Thursday, March 29, 2007

Toll Roads: A Tiny Patch for a Massive Blowout

We see this morning that Governor Bredesen is flirting with the idea of toll roads in Tennessee, in spite of the fact that toll road revenues will fall far short of paying for the growing problem of our deteriorating transportation infrastructure. Tolling would only feasibly increase to 9% of highway funds over the next decade. That hardly makes the Guv's idea as "sound" and "sensible" as he claims.

The highway systems are deteriorating due to use and the inability of public funding to keep up with increased driver demand (or more accurately, load). If drivers want their well-maintained highways the real answer lies in generating higher levels of revenue:
the federal gas tax of 18.4 cents per gallon, last raised 14 years ago, would have to go up at least 3 cents by 2009 and 7 cents more by 2015 just to maintain the current [national] highway system and keep pace with the fast-rising cost of roads.
We can assume that paying for Tennessee's dependence on highways would mirror the national trend.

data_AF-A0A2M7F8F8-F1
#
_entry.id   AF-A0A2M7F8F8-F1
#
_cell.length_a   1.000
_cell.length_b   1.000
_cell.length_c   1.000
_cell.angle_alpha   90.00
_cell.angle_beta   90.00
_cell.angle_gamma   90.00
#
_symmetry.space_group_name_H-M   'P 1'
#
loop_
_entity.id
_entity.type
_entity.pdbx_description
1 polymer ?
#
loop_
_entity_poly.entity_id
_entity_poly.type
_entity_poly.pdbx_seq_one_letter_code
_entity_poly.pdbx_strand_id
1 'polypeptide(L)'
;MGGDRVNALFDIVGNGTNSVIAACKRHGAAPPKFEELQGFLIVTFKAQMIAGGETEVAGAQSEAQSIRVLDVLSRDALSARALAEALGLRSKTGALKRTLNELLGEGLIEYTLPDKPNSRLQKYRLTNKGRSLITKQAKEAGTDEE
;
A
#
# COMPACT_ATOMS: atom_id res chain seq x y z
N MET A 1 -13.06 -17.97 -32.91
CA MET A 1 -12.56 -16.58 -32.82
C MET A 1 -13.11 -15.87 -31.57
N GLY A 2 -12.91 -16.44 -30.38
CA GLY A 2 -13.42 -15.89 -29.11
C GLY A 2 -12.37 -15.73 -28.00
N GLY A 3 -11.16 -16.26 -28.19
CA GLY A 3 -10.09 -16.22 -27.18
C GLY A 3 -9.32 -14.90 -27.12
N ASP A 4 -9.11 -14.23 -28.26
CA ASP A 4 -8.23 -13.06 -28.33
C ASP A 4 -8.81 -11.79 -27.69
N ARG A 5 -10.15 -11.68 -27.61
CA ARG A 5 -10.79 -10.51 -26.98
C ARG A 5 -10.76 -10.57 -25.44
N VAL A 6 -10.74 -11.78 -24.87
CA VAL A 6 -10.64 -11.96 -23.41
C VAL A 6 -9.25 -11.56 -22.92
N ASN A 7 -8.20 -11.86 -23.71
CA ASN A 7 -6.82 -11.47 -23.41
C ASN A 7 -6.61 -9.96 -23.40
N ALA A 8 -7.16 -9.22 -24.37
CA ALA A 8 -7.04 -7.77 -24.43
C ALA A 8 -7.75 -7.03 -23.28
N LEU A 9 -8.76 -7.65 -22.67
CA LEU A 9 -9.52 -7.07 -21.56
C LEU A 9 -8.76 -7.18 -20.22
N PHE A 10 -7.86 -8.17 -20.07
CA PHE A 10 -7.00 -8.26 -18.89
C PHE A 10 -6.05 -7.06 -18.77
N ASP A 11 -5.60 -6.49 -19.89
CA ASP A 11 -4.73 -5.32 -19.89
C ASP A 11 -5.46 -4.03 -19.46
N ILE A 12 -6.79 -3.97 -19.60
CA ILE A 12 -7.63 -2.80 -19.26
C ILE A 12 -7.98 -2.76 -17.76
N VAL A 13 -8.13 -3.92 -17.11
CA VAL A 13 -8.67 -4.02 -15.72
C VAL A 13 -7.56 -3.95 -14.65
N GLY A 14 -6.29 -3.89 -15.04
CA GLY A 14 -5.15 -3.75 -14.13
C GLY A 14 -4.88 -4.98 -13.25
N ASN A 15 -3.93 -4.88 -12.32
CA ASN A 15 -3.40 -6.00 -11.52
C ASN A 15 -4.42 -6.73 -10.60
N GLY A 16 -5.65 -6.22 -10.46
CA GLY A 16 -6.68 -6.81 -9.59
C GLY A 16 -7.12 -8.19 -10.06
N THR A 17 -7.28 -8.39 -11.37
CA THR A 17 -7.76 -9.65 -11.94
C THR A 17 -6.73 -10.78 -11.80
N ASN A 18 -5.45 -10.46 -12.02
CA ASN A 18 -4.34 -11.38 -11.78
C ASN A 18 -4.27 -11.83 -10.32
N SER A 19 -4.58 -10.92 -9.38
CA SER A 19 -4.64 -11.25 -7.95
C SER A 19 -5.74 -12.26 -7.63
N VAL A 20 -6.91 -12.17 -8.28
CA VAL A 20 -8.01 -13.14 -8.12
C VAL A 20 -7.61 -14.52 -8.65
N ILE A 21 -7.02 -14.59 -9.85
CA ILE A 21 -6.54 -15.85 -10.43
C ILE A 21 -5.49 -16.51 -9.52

And, quite frankly, the boon of trying to stretch the small patch of toll roads across a gaping shortage of infrastructure funding is just another means of goverment subsidizing businesses. The tolling industry has high growth potential in this time of higher transportation demands and increasing interest-group pressure to stop any and all public financing to meet those demands. This industry has its own on-line newsletter. I also wonder what kind of lobby this industry has here in Nashville on the hill.

If the Guv is seriously contemplating toll roads, he's merely showing co-dependence on the national denial of the true problem of our highways and roads: a shortage of revenues to fix our retrograde infrastructure and to match driver demands. If we want something nice, we have to pay for it. If we don't want to pay for it, then there are lots of enterprising vultures ready to swoop in and collect the proceeds from our demands without fixing the problem.

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